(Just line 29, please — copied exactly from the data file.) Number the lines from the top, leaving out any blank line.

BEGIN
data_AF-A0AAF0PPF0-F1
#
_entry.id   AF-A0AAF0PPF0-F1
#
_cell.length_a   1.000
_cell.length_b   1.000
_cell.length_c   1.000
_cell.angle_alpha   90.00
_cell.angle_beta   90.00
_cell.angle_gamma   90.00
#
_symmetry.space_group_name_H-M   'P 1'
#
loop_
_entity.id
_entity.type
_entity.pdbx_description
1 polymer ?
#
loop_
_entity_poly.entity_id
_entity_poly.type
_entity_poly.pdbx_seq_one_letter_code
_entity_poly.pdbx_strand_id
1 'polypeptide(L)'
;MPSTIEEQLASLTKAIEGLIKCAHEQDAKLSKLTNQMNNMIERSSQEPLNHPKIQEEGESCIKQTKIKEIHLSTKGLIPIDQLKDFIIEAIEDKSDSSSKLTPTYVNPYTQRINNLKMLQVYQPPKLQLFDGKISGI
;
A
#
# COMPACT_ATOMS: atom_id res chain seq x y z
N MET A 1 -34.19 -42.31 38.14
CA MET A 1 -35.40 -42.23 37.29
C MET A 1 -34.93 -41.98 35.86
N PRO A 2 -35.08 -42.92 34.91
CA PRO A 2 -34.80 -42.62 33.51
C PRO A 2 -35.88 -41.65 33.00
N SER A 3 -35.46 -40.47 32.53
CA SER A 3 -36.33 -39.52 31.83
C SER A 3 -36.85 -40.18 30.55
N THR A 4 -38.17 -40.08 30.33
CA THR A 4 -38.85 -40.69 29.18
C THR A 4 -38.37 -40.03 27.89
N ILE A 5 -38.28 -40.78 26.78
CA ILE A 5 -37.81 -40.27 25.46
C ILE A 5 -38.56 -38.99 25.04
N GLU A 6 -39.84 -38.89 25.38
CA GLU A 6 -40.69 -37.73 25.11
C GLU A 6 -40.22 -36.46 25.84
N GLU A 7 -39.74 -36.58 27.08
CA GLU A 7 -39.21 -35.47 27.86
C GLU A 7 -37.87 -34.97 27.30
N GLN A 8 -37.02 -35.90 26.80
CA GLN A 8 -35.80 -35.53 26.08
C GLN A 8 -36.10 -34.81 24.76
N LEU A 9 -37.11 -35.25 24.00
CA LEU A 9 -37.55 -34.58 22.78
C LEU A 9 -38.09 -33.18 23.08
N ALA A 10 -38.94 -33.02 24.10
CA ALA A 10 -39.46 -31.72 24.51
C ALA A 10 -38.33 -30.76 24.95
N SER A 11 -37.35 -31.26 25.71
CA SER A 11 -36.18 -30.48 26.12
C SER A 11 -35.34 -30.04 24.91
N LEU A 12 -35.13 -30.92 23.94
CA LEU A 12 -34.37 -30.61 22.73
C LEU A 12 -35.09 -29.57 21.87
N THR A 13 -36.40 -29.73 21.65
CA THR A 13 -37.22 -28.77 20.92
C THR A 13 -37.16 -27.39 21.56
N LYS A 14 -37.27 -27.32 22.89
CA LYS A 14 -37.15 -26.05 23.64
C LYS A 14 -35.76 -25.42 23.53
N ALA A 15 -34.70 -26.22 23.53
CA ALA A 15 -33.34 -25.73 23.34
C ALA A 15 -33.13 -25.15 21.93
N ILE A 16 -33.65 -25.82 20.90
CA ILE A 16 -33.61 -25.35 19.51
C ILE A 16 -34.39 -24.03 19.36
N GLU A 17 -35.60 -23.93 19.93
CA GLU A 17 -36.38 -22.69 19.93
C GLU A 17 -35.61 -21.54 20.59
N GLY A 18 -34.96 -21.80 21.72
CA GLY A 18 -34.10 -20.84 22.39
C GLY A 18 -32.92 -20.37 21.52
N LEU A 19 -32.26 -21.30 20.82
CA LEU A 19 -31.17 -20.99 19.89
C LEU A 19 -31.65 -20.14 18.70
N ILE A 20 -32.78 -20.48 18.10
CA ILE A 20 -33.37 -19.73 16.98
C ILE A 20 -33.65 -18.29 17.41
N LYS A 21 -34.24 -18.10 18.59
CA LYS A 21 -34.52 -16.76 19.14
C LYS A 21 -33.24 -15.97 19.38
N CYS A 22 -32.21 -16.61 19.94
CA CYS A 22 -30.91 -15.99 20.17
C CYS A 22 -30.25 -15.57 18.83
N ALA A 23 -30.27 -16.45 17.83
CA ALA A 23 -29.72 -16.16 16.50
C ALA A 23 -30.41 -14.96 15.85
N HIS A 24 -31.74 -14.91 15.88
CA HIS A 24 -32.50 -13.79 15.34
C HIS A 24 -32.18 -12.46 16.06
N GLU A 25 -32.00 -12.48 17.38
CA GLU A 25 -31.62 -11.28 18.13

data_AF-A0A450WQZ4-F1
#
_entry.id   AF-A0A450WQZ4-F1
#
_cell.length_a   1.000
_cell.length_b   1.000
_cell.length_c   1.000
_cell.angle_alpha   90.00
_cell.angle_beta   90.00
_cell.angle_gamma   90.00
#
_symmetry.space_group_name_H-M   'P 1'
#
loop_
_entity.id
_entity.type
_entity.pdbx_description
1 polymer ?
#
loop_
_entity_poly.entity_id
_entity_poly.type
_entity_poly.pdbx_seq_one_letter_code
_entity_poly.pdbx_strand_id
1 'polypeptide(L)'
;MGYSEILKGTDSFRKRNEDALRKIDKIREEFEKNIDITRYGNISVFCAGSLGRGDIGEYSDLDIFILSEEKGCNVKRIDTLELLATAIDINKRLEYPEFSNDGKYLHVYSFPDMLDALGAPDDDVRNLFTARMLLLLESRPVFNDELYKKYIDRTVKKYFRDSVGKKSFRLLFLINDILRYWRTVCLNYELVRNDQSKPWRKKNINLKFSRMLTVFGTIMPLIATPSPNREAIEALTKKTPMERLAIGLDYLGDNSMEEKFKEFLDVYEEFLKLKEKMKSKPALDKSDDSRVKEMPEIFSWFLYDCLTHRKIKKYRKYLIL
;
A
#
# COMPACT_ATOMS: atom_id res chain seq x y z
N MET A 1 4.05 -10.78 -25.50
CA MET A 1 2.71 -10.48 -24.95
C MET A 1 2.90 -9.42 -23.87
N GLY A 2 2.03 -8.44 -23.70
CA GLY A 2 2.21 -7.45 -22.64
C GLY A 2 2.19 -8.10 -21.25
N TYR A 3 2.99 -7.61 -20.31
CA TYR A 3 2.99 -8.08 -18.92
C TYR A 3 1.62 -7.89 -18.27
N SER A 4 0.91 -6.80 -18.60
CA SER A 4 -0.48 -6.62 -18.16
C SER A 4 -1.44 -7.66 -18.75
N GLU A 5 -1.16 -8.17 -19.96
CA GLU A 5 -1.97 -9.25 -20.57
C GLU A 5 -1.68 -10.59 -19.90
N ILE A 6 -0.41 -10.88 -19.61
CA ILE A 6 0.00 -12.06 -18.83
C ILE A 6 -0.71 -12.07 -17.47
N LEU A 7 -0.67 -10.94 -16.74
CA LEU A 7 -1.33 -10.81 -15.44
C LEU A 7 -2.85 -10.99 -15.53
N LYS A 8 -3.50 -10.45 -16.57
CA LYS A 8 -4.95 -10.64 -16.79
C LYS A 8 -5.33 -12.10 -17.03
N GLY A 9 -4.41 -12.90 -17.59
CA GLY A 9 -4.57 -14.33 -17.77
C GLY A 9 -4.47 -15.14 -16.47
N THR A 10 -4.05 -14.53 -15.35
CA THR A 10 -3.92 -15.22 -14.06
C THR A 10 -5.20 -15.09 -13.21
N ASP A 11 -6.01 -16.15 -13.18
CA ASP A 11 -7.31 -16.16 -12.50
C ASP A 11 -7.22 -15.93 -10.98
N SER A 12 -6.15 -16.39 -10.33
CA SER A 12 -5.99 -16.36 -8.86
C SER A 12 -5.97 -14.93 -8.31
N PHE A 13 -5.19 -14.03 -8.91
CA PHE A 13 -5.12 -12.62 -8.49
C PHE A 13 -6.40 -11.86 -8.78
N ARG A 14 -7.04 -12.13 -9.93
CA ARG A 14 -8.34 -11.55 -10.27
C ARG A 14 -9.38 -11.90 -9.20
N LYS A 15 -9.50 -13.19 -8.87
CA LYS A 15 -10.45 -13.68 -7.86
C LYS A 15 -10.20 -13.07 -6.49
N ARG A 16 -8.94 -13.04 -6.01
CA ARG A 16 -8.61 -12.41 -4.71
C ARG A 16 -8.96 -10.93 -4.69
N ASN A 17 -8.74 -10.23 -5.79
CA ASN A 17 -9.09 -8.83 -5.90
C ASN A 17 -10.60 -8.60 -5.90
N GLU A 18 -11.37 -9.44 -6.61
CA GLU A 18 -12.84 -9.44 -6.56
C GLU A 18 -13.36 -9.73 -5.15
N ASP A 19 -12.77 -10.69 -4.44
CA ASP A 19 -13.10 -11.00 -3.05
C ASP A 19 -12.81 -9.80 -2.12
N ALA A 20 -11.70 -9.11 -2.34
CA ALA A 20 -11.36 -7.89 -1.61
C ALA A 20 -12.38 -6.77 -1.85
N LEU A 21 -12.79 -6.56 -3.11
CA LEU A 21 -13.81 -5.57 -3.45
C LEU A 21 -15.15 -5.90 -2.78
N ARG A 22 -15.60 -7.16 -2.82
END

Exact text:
#